If you have diabetes, be sure to work with your doctor to manage it, and control any other risk factors that you can. To help manage blood sugar, people with diabetes who are obese or overweight should make lifestyle changes, such as eating better or getting regular physical activity.
Learn more about managing your diabetes.
Other factors that contribute to heart disease risk
Individual response to stress may be a contributing factor for heart attacks.
Some scientists have noted a relationship between coronary heart disease risk and stress in a person’s life, along with their health behaviors and socioeconomic status. These factors may affect established risk factors.
For example, people under stress may overeat, start smoking or smoke more than they otherwise would.
Drinking too much alcohol can raise blood pressure, and increase your risk for cardiomyopathy, stroke, cancer and other diseases. It can also contribute to high triglycerides, and produce irregular heartbeats. Additionally, excessive alcohol consumption contributes to obesity, alcoholism, suicide and accidents.
All that said, there is a protective benefit to moderate alcohol consumption.
If you drink, limit your alcohol consumption to no more than two drinks per day for men and no more than one drink per day for women. The National Institute on Alcohol Abuse and Alcoholism defines one drink as 1 1/2 fluid ounces (fl. oz.) of 80-proof spirits (such as bourbon, scotch, vodka, gin, etc.), 5 fl. oz. of wine or 12 fl. oz. of regular beer.
It is not recommended that nondrinkers start using alcohol or that drinkers increase the amount they drink.
Diet and nutrition
A healthy diet is one of the best weapons you have to fight cardiovascular disease. What you eat (and how much) can affect other controllable risk factors, such as cholesterol, blood pressure, diabetes and being overweight.
Choose nutrient-rich foods, which have vitamins, minerals, fiber and other nutrients, but are lower in calories than nutrient-poor foods. Choose a diet that emphasizes vegetables, fruits and whole grains. A heart-healthy diet also includes low-fat dairy products, poultry, fish, legumes, nuts and nontropical vegetable oils. Be sure to limit your intake of sweets, sugar-sweetened beverages and red meats.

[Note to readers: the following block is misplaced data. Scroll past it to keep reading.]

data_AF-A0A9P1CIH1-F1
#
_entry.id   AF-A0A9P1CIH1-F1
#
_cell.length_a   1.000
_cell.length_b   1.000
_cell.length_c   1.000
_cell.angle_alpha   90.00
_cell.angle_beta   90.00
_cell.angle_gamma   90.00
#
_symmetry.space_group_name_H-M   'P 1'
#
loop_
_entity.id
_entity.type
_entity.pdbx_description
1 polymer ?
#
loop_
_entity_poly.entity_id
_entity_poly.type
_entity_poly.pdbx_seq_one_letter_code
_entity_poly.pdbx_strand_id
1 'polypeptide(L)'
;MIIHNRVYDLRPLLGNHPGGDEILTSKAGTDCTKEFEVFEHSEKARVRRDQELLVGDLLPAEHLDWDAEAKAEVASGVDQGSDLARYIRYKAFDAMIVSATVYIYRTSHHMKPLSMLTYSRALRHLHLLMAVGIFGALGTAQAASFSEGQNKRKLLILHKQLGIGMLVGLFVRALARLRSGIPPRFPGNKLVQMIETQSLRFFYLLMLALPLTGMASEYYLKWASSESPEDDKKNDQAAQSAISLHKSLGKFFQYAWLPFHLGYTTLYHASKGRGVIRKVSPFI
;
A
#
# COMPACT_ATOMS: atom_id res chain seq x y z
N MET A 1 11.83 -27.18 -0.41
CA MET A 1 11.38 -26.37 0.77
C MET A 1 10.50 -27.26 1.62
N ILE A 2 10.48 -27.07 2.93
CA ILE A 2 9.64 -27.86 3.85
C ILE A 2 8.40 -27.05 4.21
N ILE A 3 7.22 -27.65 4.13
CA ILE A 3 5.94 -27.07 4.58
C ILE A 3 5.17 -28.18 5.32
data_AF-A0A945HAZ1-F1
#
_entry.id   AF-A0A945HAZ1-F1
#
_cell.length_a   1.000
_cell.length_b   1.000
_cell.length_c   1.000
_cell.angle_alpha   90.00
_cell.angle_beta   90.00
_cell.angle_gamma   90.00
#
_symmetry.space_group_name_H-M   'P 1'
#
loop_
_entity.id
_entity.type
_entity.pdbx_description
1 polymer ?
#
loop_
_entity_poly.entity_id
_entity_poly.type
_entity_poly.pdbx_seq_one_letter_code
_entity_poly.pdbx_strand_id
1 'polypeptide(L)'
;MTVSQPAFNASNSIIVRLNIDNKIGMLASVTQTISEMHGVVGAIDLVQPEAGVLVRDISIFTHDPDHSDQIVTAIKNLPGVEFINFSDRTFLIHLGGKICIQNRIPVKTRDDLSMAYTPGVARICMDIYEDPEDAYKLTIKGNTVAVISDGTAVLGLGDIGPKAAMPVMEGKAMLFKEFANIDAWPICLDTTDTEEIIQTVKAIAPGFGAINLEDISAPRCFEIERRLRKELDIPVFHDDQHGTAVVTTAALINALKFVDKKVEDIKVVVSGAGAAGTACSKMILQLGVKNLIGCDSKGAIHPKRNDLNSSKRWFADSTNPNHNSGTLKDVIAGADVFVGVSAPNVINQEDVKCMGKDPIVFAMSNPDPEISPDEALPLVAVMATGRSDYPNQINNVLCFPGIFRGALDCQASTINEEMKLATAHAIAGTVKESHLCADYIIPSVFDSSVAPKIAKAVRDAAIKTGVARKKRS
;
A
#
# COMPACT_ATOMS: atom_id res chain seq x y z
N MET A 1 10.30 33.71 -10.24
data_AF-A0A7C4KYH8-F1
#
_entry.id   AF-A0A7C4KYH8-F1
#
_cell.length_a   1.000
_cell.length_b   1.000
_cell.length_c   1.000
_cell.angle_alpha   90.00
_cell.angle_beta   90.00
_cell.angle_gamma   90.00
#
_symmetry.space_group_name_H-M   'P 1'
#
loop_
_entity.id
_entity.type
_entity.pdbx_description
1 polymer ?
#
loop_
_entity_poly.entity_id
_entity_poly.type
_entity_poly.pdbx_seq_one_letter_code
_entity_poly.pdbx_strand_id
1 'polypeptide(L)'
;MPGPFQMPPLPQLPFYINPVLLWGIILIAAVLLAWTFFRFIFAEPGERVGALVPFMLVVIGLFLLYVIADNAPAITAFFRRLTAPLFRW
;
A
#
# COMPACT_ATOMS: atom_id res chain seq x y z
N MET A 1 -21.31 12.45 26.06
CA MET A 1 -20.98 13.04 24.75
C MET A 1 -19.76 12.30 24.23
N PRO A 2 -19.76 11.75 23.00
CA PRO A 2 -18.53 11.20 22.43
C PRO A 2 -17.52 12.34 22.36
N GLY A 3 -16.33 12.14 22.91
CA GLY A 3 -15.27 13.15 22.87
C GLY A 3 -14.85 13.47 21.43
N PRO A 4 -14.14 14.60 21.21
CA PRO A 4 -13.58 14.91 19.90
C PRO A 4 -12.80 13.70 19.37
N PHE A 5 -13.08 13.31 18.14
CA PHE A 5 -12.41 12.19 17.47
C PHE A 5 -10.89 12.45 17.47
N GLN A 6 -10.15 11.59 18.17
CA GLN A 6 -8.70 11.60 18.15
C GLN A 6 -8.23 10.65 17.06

To maintain a healthy weight, coordinate your diet with your physical activity level so you’re using up as many calories as you take in.
Learn more about healthy eating.
Preventing heart attacks
Too young to worry about heart attack?
A heart attack can occur at any age. You’re never too young to start heart-healthy living. If you’re over 40, or if you have multiple risk factors, work closely with your doctor to address your risk of developing cardiovascular disease.
Heart attack prevention is critical. It should begin early in life. Start with an assessment of your risk factors. Then develop a plan you can follow to maintain a low risk for heart attack.
For many people, their first heart attack is disabling or even fatal. Do everything you can to lower your risk.
Learn heart-health basics
Reducing your risk starts with smart choices.
- If you smoke, stop. The American Heart Association has tools to help you quit.
- Work with your doctor to manage your risk factors. These might include high blood pressure, high cholesterol and diabetes.
- An active lifestyle and good nutrition have also been shown to be helpful in preventing heart attack. See more lifestyle tips for heart attack prevention.
- Follow seven simple steps toward healthier living.
- View an animation of a heart attack. Learn how a heart attack affects your heart health.